The Sinners Prayer
In congregations throughout the world we sometimes find ideas that are taught as doctrine but cannot be found anywhere in the Bible (Matt 15:9). We should always strive to do as the Bible says. One important area which has been clouded by false teaching is salvation (Acts 2:37-38).
The first idea I want to investigate with you is referred to as “The Sinner’s Prayer.” The sinner’s prayer originated sometime during the Protestant Reformation movement. Billy Graham used his counselors to tell those who responded to his “altar call” to pray. His method of conversion began with a prayer from what is called his “Four steps to Peace with God” which began with a tract 50 years earlier.
There are a few passages some use in an attempt to teach the “sinners prayer.” However, upon dissecting the verses used, the truth becomes clear. There is no such support for a “sinner’s prayer” in the Bible. Let’s look first at John 1:12 which says, “But as many as received Him, to them He gave the right to become children of God, to those who believe in His name” (NKJV). The believer has the right to proceed with his obedience which includes repentance, confession and baptism in water for or unto remission of sins (Acts 2:38, Rom 10:10, 1 Peter 3:21). Only believers have the right; obviously, a person does not have the right of becoming what they already are therefore this is proof that the act of believing alone does not produce salvation. Faith apart from works (of righteousness) is dead (James 2:26). The scriptures do not teach a “sinners prayer” in the idea that it is all that is required for salvation. No where does the Bible give a single example of a person being saved by faith until the faith involved reveals itself in action through obedience to God’s commands (1 Jn 2:4, 5:3).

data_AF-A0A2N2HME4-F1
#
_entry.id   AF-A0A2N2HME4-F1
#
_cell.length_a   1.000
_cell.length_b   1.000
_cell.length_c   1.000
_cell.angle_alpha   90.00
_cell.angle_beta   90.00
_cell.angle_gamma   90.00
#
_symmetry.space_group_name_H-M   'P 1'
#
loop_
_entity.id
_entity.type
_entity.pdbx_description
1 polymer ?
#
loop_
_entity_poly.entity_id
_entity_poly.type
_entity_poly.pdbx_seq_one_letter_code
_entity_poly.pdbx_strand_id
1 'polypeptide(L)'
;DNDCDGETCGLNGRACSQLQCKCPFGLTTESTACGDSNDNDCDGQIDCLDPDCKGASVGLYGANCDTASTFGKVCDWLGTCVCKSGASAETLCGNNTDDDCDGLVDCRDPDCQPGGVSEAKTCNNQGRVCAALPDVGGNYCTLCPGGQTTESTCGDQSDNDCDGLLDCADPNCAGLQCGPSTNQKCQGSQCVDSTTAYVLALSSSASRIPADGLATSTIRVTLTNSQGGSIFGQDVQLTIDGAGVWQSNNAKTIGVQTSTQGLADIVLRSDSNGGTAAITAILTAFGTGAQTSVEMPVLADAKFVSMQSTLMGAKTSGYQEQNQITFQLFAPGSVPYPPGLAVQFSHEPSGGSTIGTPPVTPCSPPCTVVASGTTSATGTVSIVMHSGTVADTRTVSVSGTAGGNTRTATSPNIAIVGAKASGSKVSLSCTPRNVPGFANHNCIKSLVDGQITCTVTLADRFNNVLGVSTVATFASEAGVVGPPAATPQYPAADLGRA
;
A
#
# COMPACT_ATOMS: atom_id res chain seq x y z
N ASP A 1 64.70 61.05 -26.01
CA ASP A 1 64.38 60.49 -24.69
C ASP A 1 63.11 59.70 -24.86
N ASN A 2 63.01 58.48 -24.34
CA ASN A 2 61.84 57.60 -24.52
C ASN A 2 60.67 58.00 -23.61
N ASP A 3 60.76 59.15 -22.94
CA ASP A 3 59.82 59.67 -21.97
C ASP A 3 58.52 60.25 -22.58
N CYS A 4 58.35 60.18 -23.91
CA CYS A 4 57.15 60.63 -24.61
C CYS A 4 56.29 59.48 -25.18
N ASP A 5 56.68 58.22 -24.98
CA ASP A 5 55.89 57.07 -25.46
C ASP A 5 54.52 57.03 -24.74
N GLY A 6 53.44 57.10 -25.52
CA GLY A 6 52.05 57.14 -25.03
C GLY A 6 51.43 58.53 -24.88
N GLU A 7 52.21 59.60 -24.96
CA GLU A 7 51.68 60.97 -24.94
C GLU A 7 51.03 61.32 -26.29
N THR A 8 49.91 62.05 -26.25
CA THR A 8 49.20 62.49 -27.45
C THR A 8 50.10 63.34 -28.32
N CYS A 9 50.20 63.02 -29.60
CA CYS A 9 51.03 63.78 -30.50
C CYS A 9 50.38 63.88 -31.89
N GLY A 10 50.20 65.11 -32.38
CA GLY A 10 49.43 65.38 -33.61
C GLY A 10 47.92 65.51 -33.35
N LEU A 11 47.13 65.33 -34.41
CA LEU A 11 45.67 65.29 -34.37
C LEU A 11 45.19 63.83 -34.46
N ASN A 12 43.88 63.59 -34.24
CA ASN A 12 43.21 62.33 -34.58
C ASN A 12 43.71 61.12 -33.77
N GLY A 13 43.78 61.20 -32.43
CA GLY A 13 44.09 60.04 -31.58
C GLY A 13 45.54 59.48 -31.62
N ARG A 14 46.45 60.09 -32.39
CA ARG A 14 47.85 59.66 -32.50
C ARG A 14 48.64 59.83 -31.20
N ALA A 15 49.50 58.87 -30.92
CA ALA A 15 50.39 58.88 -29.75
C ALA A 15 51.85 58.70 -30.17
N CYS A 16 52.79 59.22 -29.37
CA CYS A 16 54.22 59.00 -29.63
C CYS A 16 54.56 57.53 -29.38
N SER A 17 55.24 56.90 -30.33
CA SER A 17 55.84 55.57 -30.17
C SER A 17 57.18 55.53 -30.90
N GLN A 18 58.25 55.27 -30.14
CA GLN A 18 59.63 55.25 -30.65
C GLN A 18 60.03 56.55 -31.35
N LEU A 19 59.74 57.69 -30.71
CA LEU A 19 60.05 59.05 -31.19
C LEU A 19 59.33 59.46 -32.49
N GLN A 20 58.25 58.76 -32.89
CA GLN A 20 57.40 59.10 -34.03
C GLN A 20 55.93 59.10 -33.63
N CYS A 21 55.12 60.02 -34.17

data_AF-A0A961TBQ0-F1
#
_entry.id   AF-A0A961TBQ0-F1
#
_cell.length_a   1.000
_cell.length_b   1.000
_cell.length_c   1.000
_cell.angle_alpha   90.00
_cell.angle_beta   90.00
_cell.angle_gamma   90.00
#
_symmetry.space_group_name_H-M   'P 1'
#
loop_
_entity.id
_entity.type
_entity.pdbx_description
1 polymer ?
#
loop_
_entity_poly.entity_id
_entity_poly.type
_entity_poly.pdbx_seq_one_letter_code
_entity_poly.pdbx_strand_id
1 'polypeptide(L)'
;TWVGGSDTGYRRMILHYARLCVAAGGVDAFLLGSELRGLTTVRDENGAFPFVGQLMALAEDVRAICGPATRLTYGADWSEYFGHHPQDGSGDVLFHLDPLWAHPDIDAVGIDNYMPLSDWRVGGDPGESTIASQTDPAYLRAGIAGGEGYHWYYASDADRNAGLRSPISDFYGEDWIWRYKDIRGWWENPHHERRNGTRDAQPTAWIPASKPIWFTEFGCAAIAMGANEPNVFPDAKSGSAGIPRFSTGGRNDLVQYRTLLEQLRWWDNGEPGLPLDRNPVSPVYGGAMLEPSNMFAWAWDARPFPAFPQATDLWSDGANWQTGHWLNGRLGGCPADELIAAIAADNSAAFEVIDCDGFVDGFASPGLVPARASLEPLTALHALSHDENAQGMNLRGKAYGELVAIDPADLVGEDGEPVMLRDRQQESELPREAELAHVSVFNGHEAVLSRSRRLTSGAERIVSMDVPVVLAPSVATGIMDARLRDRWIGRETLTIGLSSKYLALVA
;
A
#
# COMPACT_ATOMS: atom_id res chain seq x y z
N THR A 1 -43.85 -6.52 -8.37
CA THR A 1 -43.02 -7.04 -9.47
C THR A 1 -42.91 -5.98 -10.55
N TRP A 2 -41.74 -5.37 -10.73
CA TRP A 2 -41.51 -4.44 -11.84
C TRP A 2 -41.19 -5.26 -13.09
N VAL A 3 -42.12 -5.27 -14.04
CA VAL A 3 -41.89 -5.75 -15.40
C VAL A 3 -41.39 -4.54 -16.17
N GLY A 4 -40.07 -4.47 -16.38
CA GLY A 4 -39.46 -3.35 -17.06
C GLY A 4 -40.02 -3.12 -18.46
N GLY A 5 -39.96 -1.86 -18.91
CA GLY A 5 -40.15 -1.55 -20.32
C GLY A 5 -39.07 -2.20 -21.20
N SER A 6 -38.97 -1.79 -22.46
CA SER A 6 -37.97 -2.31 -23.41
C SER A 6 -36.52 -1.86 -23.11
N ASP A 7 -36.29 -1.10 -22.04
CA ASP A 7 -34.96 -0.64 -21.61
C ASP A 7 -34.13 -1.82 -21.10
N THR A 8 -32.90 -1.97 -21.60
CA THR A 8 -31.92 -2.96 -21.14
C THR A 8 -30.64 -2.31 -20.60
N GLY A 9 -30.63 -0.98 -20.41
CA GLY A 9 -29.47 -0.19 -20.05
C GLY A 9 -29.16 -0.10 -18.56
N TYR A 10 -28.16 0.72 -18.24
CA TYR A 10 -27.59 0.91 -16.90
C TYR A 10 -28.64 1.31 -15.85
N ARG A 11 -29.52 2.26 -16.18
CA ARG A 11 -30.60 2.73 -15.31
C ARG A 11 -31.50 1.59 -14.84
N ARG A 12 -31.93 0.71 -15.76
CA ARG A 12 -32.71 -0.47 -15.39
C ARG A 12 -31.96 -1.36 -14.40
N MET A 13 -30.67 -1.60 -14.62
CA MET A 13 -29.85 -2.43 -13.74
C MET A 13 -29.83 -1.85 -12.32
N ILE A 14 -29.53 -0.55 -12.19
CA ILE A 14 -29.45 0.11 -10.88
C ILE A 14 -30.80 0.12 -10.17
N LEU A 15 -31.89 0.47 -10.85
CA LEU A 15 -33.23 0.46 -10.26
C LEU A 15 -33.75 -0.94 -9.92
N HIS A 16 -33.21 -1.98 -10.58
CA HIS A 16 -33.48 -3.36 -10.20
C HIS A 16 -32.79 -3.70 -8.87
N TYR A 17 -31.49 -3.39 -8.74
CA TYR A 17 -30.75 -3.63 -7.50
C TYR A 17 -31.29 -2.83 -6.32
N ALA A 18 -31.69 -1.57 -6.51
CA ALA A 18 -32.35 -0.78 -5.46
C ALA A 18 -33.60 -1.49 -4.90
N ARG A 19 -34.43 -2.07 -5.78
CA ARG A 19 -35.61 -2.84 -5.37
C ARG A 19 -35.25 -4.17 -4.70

A second common passage which is used is Romans 10:9-10,13 which says “that if you confess with your mouth the Lord Jesus and believe in your heart that God has raised Him from the dead, you will be saved. For with the heart one believes unto righteousness, and with the mouth confession is made unto salvation. For ‘whoever calls on the name of the LORD shall be saved.’” (NKJV). Just because Paul does not mention every step of obedience does not mean it is not implied or understood. In many biblical examples of conversion not every point is brought out, that does not mean that particular step is not necessary or was not completed. No one would deny that those who desire to be called a biblical Christian will do what is required of them. “Calling on the name of the Lord” is the equivalent of gospel obedience. No one would deny that; those in Acts 2, Saul, the Eunuch in Acts 8, and Cornelius in Acts 10 all called on the name of the Lord. However, that is not all they did. These individuals called on the name of the Lord in that they believed, repented, and were baptized. Thus, to call on the name of the Lord is the same as a believer who repents and is baptized.
What about the occasions when a person was speaking to a messenger of God or to Christ Himself? They still did not receive salvation until believing, repenting, and being baptized. Saul met Christ on the road and spoke to Christ himself. However, Saul was not granted salvation. He was told to wait to be told what he “must do.” Cornelius talked to an angel of God but did he receive eternal life? No, he was told to send for Peter to hear what he “must do.” Why did these men not receive salvation at the point of talking to Christ or an angel of God? They were to OBEY God’s will and do what was required of them. “There is also an antitype which now saves us--baptism (not the removal of the filth of the flesh, but the answer of a good conscience toward God)…,” 1 Peter 3:21 (NKJV). What now saves us? Baptism, “the answer of a good conscience toward God.” We can know in all good conscience that Christ has washed away our sins in baptism and we now have a clear conscience when we appear in judgment. We are to be buried with Christ in baptism and to rise in newness of life (Rom 6:4). How can we be saved “through the washing of regeneration” that is become new cleansed servants of Christ, if we are not baptized for the right reason? I challenge you to search the scriptures! Is there an example of anyone ever becoming a Christian by a simple prayer? After all, we cannot put on Christ if we are never baptized for the correct purpose (Gal 3:26-27). We see faith is not alone it accompanies works of righteousness and works of obedience that brings salvation (James 2). Search for yourself to see if there scriptural support for something man has invented? Is the sinner’s prayer anywhere in the Bible? The answer is ‘no.’